Anishinaabe artist helps design Canadian Olympic curling uniforms

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When Canada’s curling teams hit the ice at the Beijing Olympics next February, Patrick Hunter can point the uniforms at his TV and say, “Hey, I designed them.

Hunter, an Anishinaabe artist from Red Lake, Ont., Collaborated with designer Kevin Hurrie to create Canada’s new set of uniforms, which was unveiled on Tuesday.

“I’m happier that I don’t have to keep this big secret anymore,” Hunter said in an interview with Windspeaker.com, adding that the design has been a secret since the summer.

The uniforms are in keeping with the spirit of the Truth and Reconciliation Commission’s Call to Action 83, which calls on “Indigenous and non-Indigenous artists to undertake collaborative projects and produce works that contribute to the reconciliation process ”.

“They represent exactly what our sport and our country are,” said Katherine Henderson, CEO of Curling Canada, of the designs. “They send positive messages of inclusion and our athletes should be proud to wear them. The Canadian uniform is emblematic of curling and I can’t wait to see our teams wear it.

Hunter said he made “the most organic piece of art you see on the jersey,” while Hurrie helped put all of the design elements together to create the final product. The uniforms are made by Dynasty Curling, an Aboriginal company based in Manitoba.

On the front of the jersey, Hunter has included silhouettes of seven trees, representing the Grandfather’s Seven Teachings sacred to the Anishinaabe people: love, humility, wisdom, bravery, honesty, truth and the respect.

On the sides of the uniforms, Hunter put four eagle feathers to represent each member of a curling team. On the sleeves, it included braided sweet grass, woven from cedar leaves, tobacco and sage. On the back and shoulders, a large maple leaf completes the look.

“I’m not going to lie. It’s a pretty proud moment, ”said Hunter. “I think it will be even better when I can see them at the Olympics… It’s a crazy feeling.”

Hunter said the majority were designed inside his mother’s house in Red Lake on a trip this summer, and he hopes the design will provide “as much positive energy as possible for Canadian players.”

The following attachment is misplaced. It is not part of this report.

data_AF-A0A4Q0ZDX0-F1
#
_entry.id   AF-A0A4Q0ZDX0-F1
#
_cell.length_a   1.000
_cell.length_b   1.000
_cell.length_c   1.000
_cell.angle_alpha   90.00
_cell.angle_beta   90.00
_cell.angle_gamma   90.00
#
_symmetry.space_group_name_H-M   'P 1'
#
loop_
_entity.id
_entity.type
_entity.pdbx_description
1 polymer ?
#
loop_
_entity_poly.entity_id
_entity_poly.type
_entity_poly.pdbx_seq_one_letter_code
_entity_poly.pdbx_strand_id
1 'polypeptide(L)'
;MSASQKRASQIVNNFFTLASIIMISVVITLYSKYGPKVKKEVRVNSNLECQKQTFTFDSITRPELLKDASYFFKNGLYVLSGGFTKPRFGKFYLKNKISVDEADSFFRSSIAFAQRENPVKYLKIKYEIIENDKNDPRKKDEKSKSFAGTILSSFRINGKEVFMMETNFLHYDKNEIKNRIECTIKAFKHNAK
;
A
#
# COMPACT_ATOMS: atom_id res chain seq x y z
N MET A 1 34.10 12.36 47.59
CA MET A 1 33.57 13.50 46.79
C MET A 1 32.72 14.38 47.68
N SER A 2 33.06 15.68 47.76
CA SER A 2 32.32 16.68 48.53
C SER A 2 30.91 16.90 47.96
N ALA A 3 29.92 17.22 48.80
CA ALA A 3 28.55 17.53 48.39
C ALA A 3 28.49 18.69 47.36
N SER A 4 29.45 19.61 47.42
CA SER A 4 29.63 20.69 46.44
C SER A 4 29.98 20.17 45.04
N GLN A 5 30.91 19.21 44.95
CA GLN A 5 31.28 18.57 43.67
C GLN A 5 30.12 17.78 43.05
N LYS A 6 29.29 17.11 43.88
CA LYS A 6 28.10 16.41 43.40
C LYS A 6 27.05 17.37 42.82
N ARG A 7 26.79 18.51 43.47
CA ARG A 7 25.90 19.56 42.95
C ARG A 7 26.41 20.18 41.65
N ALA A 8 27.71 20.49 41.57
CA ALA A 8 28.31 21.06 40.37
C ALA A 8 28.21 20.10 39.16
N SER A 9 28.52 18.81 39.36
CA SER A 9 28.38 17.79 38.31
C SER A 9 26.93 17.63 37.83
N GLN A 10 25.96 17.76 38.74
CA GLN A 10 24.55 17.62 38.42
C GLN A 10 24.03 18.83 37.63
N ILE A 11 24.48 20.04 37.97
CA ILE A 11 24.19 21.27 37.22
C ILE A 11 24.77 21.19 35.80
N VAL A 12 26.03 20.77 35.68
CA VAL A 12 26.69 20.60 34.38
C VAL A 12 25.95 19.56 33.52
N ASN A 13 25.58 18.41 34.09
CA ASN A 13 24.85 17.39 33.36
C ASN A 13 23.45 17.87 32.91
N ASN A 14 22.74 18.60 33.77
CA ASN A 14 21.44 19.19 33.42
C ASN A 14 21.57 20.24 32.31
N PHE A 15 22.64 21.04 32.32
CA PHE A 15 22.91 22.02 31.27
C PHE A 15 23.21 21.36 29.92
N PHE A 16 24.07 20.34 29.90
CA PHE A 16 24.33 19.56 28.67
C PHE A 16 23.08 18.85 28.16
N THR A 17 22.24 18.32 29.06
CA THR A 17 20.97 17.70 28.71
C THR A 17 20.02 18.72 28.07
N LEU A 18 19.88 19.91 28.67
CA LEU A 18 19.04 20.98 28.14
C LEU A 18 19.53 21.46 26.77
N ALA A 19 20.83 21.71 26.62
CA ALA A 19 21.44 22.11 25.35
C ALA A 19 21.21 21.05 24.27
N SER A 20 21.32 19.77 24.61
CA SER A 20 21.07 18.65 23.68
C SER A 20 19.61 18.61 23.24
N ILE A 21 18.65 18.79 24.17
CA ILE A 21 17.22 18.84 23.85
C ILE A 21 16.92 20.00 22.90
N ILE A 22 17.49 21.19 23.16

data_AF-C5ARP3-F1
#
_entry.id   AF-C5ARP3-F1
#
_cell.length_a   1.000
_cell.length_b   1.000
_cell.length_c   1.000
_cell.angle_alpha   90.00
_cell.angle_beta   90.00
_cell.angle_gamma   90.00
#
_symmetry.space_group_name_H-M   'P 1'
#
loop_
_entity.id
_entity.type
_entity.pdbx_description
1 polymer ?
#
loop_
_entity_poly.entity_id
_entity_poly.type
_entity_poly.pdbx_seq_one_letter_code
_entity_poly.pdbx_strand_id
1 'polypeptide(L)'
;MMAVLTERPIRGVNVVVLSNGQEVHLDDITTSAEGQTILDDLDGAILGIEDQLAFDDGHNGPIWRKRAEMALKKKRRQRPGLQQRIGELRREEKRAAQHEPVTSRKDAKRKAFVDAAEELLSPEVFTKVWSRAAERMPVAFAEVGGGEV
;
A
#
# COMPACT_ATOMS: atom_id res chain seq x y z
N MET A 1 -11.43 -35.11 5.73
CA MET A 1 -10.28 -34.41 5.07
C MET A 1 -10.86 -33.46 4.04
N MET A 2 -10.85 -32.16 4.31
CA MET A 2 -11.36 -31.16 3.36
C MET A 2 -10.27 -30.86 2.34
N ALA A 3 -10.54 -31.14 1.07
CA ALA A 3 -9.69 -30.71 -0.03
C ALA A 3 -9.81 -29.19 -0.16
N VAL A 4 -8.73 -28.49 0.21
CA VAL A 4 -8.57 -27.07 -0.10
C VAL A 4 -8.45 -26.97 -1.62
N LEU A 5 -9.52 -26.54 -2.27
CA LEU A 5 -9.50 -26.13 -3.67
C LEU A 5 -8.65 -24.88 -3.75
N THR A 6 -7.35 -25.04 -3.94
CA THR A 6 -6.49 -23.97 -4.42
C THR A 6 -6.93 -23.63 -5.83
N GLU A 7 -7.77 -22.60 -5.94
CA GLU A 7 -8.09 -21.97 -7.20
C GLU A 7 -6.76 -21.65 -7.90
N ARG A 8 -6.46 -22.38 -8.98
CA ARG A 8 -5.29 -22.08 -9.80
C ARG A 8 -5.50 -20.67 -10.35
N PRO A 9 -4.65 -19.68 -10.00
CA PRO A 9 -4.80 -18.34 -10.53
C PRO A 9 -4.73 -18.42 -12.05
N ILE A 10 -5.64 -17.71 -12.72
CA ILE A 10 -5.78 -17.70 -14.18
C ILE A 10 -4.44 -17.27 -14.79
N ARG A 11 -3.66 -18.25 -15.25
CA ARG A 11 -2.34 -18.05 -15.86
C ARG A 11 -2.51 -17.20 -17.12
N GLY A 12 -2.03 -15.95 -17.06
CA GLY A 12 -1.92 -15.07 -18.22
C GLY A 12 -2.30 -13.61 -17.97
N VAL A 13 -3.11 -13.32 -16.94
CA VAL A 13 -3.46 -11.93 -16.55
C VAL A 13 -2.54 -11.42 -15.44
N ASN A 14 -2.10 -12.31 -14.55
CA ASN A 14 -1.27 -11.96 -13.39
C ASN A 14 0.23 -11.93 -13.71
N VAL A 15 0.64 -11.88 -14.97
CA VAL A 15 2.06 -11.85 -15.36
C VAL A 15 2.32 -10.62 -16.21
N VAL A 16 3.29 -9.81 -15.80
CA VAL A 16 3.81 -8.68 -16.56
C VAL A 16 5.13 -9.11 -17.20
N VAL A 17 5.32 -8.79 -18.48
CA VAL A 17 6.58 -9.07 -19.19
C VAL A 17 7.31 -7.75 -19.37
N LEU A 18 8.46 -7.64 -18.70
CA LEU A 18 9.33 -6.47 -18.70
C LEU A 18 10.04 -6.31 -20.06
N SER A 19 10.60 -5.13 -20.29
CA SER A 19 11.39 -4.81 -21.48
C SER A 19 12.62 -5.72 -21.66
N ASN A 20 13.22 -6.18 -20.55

Hunter, who has worked with brands such as RBC and BMO, Ernst & Young, CTV and Global Affairs Canada, was recognized earlier this year with the design of a mask for Chicago Blackhawks goaltender Marc-André Fleury.

Hunter said this was his first time designing a team uniform, however.

“It’s pretty original, because I’ve never done this before,” Hunter said. “I kind of went and did what I’m doing and I was hoping it was working. And luckily, it has resonated with people across Canada so far.

Hunter said that during the design process he found a reason to watch curling more and wanted to join a team himself.

“I want to be [more involved]”said Hunter.” I’ve never really been this big in the sport growing up. I’m going to actively try and get into curling a bit more now. I make jerseys for Olympic sports teams… so I should. probably get started.

Curling fans will get an answer this weekend on exactly who Hunter’s job will be about, with the men’s and women’s finals set for the Canadian Olympic Curling Trials this Sunday in Saskatoon.

Outside of the Olympics, the uniforms will be worn by Canadian teams at the World Junior Curling Championships as well as the World Men’s and Women’s Curling Championships in 2022.

Hunter said his personal growth as an artist has helped him by recognizing his connection to personal identity.

“Success really happened for me a few years ago when I got real who I was with as a person,” Hunter said. “I was trying to hide this stuff for a while, being Native and being gay as well. And then it wasn’t until I really got into those two things that I started working because I was a niche and different.

Hunter would pass on similar advice to other artists who might have a hard time embracing their identities,

“Your culture is cool. Who you are as a person is cool, ”he said. “Try to infuse that into your work, and I guarantee you success will come.”

Windspeaker.com


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